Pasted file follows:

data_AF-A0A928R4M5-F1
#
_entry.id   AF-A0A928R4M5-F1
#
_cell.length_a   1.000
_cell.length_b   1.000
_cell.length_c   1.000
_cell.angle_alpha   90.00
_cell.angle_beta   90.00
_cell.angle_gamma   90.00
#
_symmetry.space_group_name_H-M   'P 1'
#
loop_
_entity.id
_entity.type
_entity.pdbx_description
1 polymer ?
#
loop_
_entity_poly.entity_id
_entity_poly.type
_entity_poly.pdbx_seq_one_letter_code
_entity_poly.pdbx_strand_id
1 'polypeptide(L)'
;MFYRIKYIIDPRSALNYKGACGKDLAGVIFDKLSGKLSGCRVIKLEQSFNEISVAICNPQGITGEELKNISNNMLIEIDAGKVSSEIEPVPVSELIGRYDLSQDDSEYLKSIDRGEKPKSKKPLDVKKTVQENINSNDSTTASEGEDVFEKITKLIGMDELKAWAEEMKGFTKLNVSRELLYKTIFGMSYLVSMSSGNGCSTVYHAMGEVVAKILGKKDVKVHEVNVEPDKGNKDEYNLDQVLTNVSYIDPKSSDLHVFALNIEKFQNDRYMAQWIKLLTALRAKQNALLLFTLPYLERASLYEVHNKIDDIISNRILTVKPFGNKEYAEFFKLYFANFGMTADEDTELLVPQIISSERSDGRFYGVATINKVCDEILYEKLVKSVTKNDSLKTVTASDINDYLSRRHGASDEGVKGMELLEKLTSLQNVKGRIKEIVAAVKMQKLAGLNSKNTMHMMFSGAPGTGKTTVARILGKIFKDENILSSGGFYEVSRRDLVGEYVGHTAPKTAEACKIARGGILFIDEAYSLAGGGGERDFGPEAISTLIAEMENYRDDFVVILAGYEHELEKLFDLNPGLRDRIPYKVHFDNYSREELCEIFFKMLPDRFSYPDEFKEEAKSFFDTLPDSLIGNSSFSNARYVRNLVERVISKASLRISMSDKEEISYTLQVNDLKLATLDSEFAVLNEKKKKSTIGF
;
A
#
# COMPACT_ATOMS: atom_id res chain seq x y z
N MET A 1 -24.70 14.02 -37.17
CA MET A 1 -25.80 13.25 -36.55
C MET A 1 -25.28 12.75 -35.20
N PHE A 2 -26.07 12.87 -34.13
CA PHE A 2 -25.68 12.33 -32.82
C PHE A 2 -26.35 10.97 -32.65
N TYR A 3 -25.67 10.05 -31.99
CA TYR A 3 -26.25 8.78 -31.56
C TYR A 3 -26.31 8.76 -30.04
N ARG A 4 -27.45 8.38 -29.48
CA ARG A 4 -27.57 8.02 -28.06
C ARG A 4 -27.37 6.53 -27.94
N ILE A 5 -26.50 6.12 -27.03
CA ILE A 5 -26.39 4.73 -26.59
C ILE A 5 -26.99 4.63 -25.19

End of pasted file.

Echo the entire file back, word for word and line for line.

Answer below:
data_AF-A0A928R4M5-F1
#
_entry.id   AF-A0A928R4M5-F1
#
_cell.length_a   1.000
_cell.length_b   1.000
_cell.length_c   1.000
_cell.angle_alpha   90.00
_cell.angle_beta   90.00
_cell.angle_gamma   90.00
#
_symmetry.space_group_name_H-M   'P 1'
#
loop_
_entity.id
_entity.type
_entity.pdbx_description
1 polymer ?
#
loop_
_entity_poly.entity_id
_entity_poly.type
_entity_poly.pdbx_seq_one_letter_code
_entity_poly.pdbx_strand_id
1 'polypeptide(L)'
;MFYRIKYIIDPRSALNYKGACGKDLAGVIFDKLSGKLSGCRVIKLEQSFNEISVAICNPQGITGEELKNISNNMLIEIDAGKVSSEIEPVPVSELIGRYDLSQDDSEYLKSIDRGEKPKSKKPLDVKKTVQENINSNDSTTASEGEDVFEKITKLIGMDELKAWAEEMKGFTKLNVSRELLYKTIFGMSYLVSMSSGNGCSTVYHAMGEVVAKILGKKDVKVHEVNVEPDKGNKDEYNLDQVLTNVSYIDPKSSDLHVFALNIEKFQNDRYMAQWIKLLTALRAKQNALLLFTLPYLERASLYEVHNKIDDIISNRILTVKPFGNKEYAEFFKLYFANFGMTADEDTELLVPQIISSERSDGRFYGVATINKVCDEILYEKLVKSVTKNDSLKTVTASDINDYLSRRHGASDEGVKGMELLEKLTSLQNVKGRIKEIVAAVKMQKLAGLNSKNTMHMMFSGAPGTGKTTVARILGKIFKDENILSSGGFYEVSRRDLVGEYVGHTAPKTAEACKIARGGILFIDEAYSLAGGGGERDFGPEAISTLIAEMENYRDDFVVILAGYEHELEKLFDLNPGLRDRIPYKVHFDNYSREELCEIFFKMLPDRFSYPDEFKEEAKSFFDTLPDSLIGNSSFSNARYVRNLVERVISKASLRISMSDKEEISYTLQVNDLKLATLDSEFAVLNEKKKKSTIGF
;
A
#
# COMPACT_ATOMS: atom_id res chain seq x y z
N MET A 1 -24.70 14.02 -37.17
CA MET A 1 -25.80 13.25 -36.55
C MET A 1 -25.28 12.75 -35.20
N PHE A 2 -26.07 12.87 -34.13
CA PHE A 2 -25.68 12.33 -32.82
C PHE A 2 -26.35 10.97 -32.65
N TYR A 3 -25.67 10.05 -31.99
CA TYR A 3 -26.25 8.78 -31.56
C TYR A 3 -26.31 8.76 -30.04
N ARG A 4 -27.45 8.38 -29.48
CA ARG A 4 -27.57 8.02 -28.06
C ARG A 4 -27.37 6.53 -27.94
N ILE A 5 -26.50 6.12 -27.03
CA ILE A 5 -26.39 4.73 -26.59
C ILE A 5 -26.99 4.63 -25.19